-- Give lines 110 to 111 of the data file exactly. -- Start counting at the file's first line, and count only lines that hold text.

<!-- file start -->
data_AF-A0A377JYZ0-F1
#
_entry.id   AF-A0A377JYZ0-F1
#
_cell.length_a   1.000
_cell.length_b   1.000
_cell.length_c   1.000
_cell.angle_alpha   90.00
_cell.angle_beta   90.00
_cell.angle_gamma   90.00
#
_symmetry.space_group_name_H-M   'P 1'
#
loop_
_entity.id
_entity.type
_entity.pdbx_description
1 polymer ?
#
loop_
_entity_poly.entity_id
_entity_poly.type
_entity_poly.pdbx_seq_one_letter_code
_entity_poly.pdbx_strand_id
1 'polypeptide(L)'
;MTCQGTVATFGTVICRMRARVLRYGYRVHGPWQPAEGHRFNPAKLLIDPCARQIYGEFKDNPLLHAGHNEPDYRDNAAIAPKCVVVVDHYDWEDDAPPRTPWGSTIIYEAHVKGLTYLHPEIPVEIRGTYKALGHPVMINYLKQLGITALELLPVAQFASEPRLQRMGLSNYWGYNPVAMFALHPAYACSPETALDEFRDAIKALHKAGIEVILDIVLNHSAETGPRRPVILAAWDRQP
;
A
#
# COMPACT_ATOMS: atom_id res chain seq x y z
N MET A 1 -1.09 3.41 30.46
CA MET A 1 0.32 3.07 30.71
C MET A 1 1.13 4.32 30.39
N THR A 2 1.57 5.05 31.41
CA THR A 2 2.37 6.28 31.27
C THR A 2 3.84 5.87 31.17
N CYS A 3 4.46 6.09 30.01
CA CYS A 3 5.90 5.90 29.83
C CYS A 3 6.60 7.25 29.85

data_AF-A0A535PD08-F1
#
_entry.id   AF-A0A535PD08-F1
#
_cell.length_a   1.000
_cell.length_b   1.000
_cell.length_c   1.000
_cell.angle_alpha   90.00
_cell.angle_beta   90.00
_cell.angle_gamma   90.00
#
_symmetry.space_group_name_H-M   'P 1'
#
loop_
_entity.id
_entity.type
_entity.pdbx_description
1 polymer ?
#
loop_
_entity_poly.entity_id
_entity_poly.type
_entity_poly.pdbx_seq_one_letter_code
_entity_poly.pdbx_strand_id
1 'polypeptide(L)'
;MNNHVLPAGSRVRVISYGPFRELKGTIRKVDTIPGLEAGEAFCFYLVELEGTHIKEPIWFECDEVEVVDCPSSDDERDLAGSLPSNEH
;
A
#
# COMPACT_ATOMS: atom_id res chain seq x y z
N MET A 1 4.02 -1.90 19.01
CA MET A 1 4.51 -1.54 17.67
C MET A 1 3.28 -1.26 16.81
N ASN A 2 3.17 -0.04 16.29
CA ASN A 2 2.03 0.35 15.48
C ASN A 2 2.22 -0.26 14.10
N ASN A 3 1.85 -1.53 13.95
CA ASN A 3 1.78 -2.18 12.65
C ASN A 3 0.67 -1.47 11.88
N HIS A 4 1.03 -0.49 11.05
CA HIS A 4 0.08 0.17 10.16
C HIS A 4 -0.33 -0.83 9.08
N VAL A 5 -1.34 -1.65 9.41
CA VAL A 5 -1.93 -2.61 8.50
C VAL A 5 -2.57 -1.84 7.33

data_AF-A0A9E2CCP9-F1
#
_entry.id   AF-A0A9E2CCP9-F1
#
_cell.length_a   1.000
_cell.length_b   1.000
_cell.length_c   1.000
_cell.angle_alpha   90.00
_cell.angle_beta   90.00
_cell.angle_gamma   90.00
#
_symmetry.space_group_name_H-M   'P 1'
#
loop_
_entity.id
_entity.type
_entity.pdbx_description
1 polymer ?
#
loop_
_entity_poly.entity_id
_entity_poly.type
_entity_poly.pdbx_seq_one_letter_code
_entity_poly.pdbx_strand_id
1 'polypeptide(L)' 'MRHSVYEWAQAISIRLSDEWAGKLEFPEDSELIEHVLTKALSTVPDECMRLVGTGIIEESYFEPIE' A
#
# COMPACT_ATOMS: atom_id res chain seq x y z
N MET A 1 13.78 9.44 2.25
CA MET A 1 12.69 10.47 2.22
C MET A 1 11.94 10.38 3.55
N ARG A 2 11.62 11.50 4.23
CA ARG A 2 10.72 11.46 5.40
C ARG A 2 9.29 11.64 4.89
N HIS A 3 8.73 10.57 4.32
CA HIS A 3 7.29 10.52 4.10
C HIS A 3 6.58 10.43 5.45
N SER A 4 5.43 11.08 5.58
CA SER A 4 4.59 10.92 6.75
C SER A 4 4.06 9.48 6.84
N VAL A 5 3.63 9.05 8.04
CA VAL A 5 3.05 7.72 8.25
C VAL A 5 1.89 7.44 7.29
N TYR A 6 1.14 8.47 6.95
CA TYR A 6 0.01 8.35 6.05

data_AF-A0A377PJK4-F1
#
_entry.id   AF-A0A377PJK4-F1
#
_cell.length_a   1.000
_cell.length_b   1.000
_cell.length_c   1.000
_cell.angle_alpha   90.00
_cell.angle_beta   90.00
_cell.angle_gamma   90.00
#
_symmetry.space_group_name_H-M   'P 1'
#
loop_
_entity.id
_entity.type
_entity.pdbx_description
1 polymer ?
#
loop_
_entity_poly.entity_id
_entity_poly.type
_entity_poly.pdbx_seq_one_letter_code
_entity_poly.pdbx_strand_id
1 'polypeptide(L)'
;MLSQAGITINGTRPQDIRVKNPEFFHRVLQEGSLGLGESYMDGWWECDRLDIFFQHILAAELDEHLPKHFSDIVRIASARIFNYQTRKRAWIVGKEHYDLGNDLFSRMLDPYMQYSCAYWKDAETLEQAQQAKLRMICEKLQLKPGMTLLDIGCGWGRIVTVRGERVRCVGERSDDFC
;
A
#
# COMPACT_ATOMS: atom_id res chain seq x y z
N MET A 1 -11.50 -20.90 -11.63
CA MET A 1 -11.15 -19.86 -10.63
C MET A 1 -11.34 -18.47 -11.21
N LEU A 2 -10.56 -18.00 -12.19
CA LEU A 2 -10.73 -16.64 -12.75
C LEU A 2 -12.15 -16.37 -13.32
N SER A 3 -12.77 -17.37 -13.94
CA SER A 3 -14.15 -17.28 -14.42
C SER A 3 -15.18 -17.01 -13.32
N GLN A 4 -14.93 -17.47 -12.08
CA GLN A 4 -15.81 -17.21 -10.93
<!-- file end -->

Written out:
#
# COMPACT_ATOMS: atom_id res chain seq x y z